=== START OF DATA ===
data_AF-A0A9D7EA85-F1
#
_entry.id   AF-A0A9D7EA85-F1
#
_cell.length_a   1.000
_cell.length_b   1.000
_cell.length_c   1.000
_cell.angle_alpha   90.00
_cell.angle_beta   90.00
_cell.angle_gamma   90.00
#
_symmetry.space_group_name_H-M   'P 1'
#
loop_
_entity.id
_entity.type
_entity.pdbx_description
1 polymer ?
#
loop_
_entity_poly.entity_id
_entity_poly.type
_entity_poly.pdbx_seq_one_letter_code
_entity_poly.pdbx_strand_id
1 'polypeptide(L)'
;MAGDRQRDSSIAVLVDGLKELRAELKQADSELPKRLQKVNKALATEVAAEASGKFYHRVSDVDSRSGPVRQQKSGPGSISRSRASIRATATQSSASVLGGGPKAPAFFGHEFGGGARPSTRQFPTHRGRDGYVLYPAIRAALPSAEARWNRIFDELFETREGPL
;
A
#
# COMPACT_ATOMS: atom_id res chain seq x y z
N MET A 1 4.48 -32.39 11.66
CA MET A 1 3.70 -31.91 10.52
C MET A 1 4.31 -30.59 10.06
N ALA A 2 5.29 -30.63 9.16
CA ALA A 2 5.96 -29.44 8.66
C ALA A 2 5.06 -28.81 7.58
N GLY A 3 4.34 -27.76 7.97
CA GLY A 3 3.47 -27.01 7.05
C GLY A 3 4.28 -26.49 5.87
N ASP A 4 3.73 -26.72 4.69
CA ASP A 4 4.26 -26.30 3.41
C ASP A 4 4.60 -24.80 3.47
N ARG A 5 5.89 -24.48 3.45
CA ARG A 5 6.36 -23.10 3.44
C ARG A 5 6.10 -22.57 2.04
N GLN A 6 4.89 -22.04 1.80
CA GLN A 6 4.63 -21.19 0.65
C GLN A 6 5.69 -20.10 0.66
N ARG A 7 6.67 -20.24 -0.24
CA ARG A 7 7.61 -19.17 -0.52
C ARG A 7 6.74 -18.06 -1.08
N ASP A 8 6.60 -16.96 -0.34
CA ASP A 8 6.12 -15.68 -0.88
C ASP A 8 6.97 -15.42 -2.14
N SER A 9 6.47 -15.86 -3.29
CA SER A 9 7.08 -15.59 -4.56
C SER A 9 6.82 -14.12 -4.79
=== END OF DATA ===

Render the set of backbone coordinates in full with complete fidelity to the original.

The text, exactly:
data_AF-A0A9D7EA85-F1
#
_entry.id   AF-A0A9D7EA85-F1
#
_cell.length_a   1.000
_cell.length_b   1.000
_cell.length_c   1.000
_cell.angle_alpha   90.00
_cell.angle_beta   90.00
_cell.angle_gamma   90.00
#
_symmetry.space_group_name_H-M   'P 1'
#
loop_
_entity.id
_entity.type
_entity.pdbx_description
1 polymer ?
#
loop_
_entity_poly.entity_id
_entity_poly.type
_entity_poly.pdbx_seq_one_letter_code
_entity_poly.pdbx_strand_id
1 'polypeptide(L)'
;MAGDRQRDSSIAVLVDGLKELRAELKQADSELPKRLQKVNKALATEVAAEASGKFYHRVSDVDSRSGPVRQQKSGPGSISRSRASIRATATQSSASVLGGGPKAPAFFGHEFGGGARPSTRQFPTHRGRDGYVLYPAIRAALPSAEARWNRIFDELFETREGPL
;
A
#
# COMPACT_ATOMS: atom_id res chain seq x y z
N MET A 1 4.48 -32.39 11.66
CA MET A 1 3.70 -31.91 10.52
C MET A 1 4.31 -30.59 10.06
N ALA A 2 5.29 -30.63 9.16
CA ALA A 2 5.96 -29.44 8.66
C ALA A 2 5.06 -28.81 7.58
N GLY A 3 4.34 -27.76 7.97
CA GLY A 3 3.47 -27.01 7.05
C GLY A 3 4.28 -26.49 5.87
N ASP A 4 3.73 -26.72 4.69
CA ASP A 4 4.26 -26.30 3.41
C ASP A 4 4.60 -24.80 3.47
N ARG A 5 5.89 -24.48 3.45
CA ARG A 5 6.36 -23.10 3.44
C ARG A 5 6.10 -22.57 2.04
N GLN A 6 4.89 -22.04 1.80
CA GLN A 6 4.63 -21.19 0.65
C GLN A 6 5.69 -20.10 0.66
N ARG A 7 6.67 -20.24 -0.24
CA ARG A 7 7.61 -19.17 -0.52
C ARG A 7 6.74 -18.06 -1.08
N ASP A 8 6.60 -16.96 -0.34
CA ASP A 8 6.12 -15.68 -0.88
C ASP A 8 6.97 -15.42 -2.14
N SER A 9 6.47 -15.86 -3.29
CA SER A 9 7.08 -15.59 -4.56
C SER A 9 6.82 -14.12 -4.79